May 20, 2011 at 18:23 | Report abuse |
    • Chris

      Joshua, there may be an inverse relation between wavelength and energy, but there is no such relation between wavelength and the potential to harm biological tissue. In the first place, that harm depends highly on resonance (including its side-effects of transparency and opacity), and resonance is extremely non-linear. In the second place, the energy that is inversely proportional to wavelength is the ENERGY PER QUANTUM (photon), not the total energy of a radiation source. A 100 kilowatt AM radio station and a 100 kilowatt FM radio station transmit energy at the same rate, even though the FM station emits far fewer photons.

      May 20, 2011 at 18:38 | Report abuse |
    • DB

      The purported medical student above is actually right, in many of the points he/she makes. Maybe he/she IS a medical student, who also understands basic physics. The only point he/she ignores (especially, if he/she IS a medical student) is that through billions of years of evolution, only the biological systems that can survive exposure to "normal" levels of light and other sun related radiations, have survived. Everything else perished. That does not, in any way, shape, or form, imply that our biology can handle constant exposure to microwave radiation. In fact, many studies now show the opposite - that there is significant damage to variety of biological molecules, including DNA, when exposed to fairly low levels of microwave. The physicist is right that our tissues are quite transparent to microwave, and not so transparent to most light. Plus, we wear clothes (at least, most of us do). If we actually survive a few billion years, while continuing to use cell phones, I'm sure evolution will lead to a "microwave tolerant" population, while killing off all others.

      May 22, 2011 at 08:38 | Report abuse |
  20. Rachel

    What about Wireless Headphones to that we use to listen audio from the computer or TV. My husbband is on theses at least 4 hours per day

    May 20, 2011 at 17:43 | Report abuse | Reply
    • Barry Black

      Not to worry. Wireless head phones don't transmit a RF signal only receive it. Now if your husband sits with his head up against the transmitter that's a different story.

      May 20, 2011 at 18:04 | Report abuse |
    • Rachel

      Thanks Barry Black!

      May 21, 2011 at 00:15 | Report abuse |
  21. Warning Label

    Glad to see this is being published by the mainstream media and not just some obscure medical journal. I am convinced that we will learn in a few years that there is definitely a connection. Limit your use immediately – use it for emergencies or on speaker and keep it away from your head! Just remember - it took years for the truth about tobacco to come out and those companies lobbied hard to keep the truth from being revealed. Same for the cell phone industry.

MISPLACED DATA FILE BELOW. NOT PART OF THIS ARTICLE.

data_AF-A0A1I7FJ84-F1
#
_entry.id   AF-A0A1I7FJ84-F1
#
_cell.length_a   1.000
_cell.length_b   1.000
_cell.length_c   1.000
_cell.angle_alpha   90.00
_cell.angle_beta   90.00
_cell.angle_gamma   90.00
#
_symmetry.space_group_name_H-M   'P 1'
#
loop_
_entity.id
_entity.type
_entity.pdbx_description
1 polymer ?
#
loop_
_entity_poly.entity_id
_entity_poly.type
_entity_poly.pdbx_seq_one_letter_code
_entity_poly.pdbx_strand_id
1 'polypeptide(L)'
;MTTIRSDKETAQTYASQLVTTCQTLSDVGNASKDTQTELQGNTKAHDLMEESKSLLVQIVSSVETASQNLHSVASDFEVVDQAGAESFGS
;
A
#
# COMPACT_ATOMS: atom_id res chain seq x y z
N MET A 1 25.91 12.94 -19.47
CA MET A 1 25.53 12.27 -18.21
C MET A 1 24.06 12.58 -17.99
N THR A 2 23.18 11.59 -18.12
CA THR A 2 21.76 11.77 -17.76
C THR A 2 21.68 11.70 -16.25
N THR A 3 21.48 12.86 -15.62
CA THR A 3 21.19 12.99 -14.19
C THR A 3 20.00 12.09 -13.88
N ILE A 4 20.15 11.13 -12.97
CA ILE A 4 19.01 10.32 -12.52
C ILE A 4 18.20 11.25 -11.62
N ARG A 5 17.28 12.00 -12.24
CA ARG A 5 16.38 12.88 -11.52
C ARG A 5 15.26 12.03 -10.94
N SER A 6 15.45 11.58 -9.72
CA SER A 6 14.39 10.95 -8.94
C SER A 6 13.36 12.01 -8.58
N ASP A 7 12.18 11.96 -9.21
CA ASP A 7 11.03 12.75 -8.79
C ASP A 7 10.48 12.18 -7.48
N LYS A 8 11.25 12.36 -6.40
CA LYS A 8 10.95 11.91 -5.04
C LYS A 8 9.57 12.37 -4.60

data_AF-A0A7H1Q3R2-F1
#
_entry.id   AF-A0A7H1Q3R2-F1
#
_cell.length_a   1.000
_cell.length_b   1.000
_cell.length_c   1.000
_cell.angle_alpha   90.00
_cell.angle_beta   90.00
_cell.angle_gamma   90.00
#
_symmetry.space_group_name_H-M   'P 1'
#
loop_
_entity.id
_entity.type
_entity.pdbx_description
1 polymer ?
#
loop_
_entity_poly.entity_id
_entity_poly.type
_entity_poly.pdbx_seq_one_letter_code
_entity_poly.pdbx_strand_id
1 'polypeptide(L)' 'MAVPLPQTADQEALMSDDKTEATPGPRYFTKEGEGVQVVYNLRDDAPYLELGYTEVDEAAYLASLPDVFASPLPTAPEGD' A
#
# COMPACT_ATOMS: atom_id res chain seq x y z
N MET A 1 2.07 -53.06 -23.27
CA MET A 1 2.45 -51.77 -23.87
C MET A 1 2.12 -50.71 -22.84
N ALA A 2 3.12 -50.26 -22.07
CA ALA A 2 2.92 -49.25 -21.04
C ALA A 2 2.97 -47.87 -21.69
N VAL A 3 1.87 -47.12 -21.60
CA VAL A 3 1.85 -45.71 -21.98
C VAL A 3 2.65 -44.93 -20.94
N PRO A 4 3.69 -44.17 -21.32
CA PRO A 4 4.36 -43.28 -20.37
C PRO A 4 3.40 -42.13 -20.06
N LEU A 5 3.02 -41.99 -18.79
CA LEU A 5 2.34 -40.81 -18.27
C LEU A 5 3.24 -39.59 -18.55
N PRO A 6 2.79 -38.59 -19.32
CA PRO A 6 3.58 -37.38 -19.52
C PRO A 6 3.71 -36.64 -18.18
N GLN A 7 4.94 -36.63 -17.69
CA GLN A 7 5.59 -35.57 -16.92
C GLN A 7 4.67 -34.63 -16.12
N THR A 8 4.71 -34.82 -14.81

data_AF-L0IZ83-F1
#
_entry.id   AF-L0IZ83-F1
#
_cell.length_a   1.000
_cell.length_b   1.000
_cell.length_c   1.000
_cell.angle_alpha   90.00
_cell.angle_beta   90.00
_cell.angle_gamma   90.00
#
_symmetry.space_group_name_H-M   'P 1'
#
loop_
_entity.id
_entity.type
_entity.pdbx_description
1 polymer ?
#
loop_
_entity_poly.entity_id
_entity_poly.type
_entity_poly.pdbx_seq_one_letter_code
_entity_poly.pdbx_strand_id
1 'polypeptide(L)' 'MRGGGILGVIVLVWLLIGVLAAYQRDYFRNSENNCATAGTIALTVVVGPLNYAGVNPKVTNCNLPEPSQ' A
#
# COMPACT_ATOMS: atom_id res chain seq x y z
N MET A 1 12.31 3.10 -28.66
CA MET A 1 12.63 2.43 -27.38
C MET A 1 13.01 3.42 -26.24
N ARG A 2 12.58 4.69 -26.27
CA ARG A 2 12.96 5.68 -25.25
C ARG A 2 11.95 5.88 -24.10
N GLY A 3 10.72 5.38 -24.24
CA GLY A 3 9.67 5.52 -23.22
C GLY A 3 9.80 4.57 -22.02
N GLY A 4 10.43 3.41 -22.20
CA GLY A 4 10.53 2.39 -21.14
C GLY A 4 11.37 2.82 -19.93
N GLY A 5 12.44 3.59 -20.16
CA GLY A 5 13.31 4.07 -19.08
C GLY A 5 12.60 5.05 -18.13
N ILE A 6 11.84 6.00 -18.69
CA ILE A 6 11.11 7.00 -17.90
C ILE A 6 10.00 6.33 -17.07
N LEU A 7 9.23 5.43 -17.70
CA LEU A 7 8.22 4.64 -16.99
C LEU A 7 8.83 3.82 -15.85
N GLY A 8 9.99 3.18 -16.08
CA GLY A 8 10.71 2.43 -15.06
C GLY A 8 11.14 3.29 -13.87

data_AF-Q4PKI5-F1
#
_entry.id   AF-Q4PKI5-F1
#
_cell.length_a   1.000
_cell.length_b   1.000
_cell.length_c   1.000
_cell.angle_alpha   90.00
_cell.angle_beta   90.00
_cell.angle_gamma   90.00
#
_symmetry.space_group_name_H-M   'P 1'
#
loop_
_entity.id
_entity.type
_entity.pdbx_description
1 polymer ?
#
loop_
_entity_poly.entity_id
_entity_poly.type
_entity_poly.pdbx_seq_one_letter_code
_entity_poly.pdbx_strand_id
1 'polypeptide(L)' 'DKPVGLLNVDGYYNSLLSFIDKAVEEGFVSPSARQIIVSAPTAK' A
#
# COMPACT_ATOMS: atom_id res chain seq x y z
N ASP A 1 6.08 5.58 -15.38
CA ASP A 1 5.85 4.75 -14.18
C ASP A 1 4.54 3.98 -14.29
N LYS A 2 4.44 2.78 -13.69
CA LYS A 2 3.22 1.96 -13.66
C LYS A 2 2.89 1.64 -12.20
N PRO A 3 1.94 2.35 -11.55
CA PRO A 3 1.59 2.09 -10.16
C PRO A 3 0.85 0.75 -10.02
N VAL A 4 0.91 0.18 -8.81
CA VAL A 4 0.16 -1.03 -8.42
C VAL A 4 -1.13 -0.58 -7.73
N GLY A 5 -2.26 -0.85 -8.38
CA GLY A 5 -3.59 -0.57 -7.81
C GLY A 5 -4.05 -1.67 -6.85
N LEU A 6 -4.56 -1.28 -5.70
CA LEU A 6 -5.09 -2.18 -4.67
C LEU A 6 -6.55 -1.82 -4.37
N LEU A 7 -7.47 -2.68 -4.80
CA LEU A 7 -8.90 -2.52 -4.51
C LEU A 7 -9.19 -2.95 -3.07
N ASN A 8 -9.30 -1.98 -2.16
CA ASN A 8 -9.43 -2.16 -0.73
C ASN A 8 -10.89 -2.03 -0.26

May 20, 2011 at 17:55 | Report abuse | Reply
  22. Friederike

    I agree with the people questioning whether a cell phone in your pocket might not cause other problems. And what about texting? "Brian in KS" I totally agree with you. Heavy cell phone use, tumor directly over his ear, hm.... It's time for some common sense here.
    Yet, as with everything else, some people might be more receptive/sensitive to the radiation than others.
    "treelover": where do you see the cause for the increase of brain cancer?

    May 20, 2011 at 17:57 | Report abuse | Reply
  23. cysted

    ive used the old suitcase and brick sized cell phones since 1989- ive developed a cyst -where exactly -in the right fomen of monroe duct are -were your saline pump is thats in the middle of your brain – electrical impulses and salt water and nerual tissues –basically if you ask me -the older phones prpbably cased this because of more emf rf fields – if you ask me in lamens terms what i think happens is a form of electralisis -platting – why if you study electricity /static fields and how electrolysis works – when one static field -the body -gets next to another – and are able to ground -and neutralise each other – cancel each other out . in an auqueus environment in acidic salt water i think with power grounding out alot over time micro scopically -your brain tissue shorts and fouls out – like mineral build up om a spark plug or on a car battery post. corrozion oxidation and electro plateing of "hard water deposits take shape -thus you get cycsts that can form into cancers .me i have a cyst in the right foremen of monroe duct in the middle of my right brain half causes fluid back up at times inter mittantly .so yep in my opinion cell phones are harmfull:} .